A former care home in Grantham which was closed amid controversy last year may be transformed into a dental practice and flats.
Plans submitted to planners at South Kesteven District Council propose to utilise Harrison House, in Dysart Road, as a state-of-the-art dental practice with eight treatment rooms, plus 13 two-bedroom apartments and one one-bedroom apartment.
Behind the plan is Anthony Smith of Anthony Smith & Associates, a dental surgery in Avenue Road. He hopes to relocate, closing the Avenue Road surgery and creating more jobs.
Dr Smith, who has been in business in Grantham for 33 years, bought Harrison House last year.
He said: “I have sold my soul to the bank to buy the site. It was chosen for its ideal location - close to town, Barrowby and housing estates - and the tranquil position, good parking and superb gardens.”
Much fun appears to have been had in choosing a new name for the surgery. Dr Smith said: “We have rejected Jaws R Us and are considering Apolline House after the patron saint of dentists.”
Additional NHS places will not be made available as a result of the expansion, said Dr Smith, as NHS England will not fund any more.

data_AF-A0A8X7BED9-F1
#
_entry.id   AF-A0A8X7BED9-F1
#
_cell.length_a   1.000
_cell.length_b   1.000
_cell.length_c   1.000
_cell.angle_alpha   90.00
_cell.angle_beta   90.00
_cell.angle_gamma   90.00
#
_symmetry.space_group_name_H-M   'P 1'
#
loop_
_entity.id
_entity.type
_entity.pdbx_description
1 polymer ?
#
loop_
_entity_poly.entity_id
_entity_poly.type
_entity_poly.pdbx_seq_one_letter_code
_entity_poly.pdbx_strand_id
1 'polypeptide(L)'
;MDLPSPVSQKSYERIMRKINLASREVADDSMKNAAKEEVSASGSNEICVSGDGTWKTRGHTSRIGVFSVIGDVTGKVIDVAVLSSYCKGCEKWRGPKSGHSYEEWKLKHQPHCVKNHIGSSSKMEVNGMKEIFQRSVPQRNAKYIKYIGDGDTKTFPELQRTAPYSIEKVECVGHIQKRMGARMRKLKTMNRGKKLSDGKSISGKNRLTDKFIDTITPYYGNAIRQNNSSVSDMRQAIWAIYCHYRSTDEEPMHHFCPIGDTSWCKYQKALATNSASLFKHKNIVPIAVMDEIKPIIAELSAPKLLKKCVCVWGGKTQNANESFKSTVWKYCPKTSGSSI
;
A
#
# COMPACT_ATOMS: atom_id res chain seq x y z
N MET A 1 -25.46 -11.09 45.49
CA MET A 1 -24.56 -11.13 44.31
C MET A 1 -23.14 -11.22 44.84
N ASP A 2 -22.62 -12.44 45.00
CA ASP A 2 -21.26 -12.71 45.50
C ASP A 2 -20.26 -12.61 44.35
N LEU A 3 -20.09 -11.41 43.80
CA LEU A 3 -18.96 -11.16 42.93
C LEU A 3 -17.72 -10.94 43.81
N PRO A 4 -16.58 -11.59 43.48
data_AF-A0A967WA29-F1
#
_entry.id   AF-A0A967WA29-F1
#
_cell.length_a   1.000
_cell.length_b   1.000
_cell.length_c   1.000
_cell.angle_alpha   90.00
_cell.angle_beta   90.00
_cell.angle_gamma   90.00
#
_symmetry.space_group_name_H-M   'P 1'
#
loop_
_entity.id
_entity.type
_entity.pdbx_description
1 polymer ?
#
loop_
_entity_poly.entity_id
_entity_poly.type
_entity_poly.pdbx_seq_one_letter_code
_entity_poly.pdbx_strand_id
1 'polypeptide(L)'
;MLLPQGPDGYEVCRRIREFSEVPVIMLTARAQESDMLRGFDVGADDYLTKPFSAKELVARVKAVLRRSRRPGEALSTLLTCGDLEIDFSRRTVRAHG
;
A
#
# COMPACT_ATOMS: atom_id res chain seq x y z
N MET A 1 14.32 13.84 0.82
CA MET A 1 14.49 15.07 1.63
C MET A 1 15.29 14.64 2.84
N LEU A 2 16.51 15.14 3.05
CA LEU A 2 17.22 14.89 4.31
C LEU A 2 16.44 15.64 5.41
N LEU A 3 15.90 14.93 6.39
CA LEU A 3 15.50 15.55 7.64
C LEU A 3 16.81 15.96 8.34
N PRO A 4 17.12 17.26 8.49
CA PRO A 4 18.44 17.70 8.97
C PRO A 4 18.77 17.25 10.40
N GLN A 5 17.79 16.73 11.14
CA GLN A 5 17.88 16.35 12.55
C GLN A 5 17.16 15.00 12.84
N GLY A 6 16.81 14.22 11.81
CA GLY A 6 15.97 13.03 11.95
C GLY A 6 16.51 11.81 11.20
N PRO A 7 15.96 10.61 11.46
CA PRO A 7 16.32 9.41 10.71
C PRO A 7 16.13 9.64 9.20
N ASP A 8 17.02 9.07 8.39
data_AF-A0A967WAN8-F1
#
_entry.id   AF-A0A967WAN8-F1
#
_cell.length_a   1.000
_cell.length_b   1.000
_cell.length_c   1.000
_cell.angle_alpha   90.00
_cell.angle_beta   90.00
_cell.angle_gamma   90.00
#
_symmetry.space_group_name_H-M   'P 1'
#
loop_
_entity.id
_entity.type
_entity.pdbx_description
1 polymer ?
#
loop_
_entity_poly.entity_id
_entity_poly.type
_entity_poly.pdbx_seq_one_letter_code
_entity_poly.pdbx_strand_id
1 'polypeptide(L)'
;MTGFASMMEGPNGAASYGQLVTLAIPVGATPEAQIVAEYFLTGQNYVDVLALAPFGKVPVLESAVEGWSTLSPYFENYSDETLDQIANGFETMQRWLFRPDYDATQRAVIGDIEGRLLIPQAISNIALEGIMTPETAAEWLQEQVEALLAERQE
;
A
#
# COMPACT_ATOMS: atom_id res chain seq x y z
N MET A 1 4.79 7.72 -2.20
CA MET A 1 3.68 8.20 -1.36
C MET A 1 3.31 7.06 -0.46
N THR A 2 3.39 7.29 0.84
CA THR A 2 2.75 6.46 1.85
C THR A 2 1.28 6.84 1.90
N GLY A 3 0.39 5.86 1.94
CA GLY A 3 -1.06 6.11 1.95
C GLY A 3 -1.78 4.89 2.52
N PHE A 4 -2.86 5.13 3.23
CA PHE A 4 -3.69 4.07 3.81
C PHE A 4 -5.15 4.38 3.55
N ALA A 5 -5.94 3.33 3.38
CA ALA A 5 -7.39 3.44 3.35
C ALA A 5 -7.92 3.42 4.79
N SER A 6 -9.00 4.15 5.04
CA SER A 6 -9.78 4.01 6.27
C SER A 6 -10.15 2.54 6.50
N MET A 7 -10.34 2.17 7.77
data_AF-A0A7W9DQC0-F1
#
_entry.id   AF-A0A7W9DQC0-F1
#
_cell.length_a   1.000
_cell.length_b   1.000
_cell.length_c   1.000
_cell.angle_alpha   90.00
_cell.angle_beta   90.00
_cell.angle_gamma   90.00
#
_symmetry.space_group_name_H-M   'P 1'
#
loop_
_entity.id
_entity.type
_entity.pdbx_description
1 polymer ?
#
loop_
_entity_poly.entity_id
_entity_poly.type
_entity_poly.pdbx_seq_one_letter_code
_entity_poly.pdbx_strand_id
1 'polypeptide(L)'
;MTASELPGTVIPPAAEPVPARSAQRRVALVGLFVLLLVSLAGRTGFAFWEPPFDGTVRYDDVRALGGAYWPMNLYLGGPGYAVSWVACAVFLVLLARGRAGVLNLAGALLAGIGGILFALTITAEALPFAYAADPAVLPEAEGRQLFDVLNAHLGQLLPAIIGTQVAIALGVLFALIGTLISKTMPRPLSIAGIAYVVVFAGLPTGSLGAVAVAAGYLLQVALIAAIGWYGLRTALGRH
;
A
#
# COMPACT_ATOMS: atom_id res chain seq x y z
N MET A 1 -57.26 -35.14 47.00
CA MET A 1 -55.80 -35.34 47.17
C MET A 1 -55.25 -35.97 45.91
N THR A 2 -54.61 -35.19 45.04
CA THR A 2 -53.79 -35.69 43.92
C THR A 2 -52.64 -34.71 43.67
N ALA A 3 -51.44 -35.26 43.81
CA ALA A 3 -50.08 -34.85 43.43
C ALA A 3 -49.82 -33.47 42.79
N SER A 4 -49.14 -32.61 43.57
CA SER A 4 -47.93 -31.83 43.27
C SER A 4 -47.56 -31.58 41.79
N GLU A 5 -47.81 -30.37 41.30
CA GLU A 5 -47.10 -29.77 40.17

In a document submitted as part of the planning application, Grantham-based planning consultant Mike Sibthorp stated: “Not all the building is needed for dental purposes and the residential elements of the proposal are intended to optimise the use of the remainder of the space, rather than for it to be left vacant.
“The location of the dental surgery in this area reflects a recognised under provision in this part of town, and is fully supported by the relevant commissioning body; NHS Lincolnshire.”
All 14 flats would be rented out rather than sold to create long-term gain, and also because of a “fairly stagnant demand for apartments to purchase in Grantham”.
Harrison House has stood empty and boarded up for over a year after Lincolnshire County Council took the controversial decision to shut all council-run and maintained care homes across the county.
The Journal reported in February how the building had been bought - but the county council refused to confirm how much it had sold for due to “commercial sensitivity”.
The money made from the sale went into the pot for future capital projects, said the local authority.